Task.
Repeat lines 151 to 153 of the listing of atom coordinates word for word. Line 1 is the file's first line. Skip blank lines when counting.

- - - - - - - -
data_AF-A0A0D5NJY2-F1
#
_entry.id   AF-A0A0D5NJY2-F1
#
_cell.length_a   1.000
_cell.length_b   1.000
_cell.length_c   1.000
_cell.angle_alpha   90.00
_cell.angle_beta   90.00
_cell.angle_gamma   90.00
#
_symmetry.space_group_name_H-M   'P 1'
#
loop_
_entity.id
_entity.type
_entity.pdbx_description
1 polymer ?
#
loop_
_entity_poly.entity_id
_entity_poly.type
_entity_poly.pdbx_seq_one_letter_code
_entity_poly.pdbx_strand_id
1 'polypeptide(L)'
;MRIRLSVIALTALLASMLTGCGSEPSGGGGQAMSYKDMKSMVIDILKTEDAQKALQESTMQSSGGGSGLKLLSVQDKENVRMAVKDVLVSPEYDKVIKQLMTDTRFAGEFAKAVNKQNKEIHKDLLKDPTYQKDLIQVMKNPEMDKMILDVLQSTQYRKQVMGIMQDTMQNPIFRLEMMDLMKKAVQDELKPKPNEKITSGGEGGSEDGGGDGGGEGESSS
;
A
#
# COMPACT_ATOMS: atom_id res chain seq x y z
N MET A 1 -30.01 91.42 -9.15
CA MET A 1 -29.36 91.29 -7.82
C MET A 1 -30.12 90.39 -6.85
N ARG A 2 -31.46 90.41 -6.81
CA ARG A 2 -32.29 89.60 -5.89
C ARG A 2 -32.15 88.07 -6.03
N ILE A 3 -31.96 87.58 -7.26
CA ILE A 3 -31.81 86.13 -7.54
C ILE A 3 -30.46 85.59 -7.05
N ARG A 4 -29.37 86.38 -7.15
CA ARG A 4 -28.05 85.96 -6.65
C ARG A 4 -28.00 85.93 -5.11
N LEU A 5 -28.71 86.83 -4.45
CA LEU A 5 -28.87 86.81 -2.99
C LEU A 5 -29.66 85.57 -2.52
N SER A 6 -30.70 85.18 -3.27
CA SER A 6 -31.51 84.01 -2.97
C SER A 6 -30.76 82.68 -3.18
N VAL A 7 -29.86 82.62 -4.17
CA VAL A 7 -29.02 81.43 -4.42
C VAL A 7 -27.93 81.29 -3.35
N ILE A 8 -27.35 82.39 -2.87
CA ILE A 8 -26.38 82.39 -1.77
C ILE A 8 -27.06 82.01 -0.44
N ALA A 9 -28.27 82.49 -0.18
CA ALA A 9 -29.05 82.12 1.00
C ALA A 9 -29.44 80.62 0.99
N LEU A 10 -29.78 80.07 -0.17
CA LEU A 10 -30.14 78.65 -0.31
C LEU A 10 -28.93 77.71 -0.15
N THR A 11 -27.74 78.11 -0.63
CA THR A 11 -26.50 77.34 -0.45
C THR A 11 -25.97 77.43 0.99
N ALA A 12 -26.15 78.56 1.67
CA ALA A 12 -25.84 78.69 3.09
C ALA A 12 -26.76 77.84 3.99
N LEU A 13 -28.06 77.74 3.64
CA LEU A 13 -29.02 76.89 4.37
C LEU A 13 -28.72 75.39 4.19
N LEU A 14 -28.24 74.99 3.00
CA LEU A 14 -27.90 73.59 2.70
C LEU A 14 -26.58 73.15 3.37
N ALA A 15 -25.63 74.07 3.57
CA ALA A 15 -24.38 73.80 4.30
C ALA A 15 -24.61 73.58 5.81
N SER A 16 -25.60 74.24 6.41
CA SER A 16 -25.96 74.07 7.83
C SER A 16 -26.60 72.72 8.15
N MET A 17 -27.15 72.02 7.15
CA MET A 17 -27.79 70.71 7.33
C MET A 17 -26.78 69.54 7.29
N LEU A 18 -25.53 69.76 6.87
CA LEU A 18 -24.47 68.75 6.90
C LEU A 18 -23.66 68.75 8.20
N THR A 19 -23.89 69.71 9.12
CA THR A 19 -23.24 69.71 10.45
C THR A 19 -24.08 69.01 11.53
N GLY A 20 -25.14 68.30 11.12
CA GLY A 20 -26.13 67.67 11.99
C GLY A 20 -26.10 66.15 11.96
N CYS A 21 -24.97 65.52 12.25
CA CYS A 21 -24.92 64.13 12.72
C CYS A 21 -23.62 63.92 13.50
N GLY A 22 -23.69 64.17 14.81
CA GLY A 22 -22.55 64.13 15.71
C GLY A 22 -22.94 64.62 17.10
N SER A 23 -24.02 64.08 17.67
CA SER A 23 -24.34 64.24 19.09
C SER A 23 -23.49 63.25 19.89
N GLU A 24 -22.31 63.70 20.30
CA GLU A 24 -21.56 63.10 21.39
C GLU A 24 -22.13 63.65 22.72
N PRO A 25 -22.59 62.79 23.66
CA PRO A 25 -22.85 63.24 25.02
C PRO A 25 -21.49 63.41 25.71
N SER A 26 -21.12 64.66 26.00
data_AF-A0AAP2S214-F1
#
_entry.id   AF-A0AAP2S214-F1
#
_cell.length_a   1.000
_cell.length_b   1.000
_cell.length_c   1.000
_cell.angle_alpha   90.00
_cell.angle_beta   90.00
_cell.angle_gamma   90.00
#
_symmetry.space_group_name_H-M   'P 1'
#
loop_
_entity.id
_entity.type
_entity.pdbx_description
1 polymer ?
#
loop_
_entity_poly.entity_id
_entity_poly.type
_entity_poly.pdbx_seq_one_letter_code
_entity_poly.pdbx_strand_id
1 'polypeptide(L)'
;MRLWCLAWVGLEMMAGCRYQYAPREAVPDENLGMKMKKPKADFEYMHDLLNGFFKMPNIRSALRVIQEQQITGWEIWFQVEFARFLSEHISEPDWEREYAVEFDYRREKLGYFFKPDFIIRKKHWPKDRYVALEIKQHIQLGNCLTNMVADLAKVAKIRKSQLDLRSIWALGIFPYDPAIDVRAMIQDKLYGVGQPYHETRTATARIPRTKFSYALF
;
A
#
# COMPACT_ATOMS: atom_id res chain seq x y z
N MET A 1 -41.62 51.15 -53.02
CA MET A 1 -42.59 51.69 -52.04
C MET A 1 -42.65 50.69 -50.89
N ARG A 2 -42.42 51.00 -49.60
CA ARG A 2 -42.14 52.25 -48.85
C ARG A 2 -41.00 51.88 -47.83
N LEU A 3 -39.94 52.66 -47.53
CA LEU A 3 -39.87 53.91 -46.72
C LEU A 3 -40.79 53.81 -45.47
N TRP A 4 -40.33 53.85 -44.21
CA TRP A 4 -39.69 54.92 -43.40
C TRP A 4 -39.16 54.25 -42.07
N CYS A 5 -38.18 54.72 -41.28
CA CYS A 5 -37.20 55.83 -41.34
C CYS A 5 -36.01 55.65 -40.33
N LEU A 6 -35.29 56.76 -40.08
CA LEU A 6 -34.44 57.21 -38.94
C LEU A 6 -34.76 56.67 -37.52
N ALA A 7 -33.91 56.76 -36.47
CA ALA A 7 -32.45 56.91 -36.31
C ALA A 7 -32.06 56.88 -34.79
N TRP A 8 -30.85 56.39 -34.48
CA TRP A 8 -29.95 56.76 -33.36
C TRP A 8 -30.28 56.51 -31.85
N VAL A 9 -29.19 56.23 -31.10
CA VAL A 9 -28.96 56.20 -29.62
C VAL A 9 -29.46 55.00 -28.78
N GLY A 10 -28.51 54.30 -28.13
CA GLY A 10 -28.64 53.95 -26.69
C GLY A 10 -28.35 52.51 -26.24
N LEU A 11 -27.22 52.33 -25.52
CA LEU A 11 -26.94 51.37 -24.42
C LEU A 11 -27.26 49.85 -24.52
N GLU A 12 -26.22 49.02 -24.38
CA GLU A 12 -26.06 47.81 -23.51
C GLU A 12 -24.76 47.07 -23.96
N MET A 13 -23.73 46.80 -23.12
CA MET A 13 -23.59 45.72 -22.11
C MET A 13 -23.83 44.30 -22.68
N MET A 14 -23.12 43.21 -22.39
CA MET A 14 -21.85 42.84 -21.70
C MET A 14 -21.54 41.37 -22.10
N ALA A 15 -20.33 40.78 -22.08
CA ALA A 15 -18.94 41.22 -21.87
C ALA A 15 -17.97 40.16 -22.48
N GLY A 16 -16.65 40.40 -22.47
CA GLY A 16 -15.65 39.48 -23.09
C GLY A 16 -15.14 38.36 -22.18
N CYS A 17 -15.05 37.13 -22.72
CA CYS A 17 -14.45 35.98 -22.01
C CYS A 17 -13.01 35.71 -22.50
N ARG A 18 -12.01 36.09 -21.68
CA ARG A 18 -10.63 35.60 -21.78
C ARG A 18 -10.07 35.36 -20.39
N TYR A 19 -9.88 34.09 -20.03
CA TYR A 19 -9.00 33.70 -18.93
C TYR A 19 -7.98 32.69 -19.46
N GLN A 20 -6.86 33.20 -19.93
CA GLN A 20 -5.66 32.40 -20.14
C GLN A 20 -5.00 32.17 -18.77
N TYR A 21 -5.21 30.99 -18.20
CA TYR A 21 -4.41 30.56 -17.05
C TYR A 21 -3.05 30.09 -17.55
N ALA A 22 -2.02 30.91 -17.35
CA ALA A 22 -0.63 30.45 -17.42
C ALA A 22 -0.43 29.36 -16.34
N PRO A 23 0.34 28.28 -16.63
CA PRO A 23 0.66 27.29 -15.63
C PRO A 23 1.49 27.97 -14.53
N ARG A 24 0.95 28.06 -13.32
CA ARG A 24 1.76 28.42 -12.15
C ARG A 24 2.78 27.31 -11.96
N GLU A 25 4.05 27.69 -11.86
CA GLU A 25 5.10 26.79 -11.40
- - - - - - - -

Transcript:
C CYS A 5 -36.01 55.65 -40.33
N LEU A 6 -35.29 56.76 -40.08
CA LEU A 6 -34.44 57.21 -38.94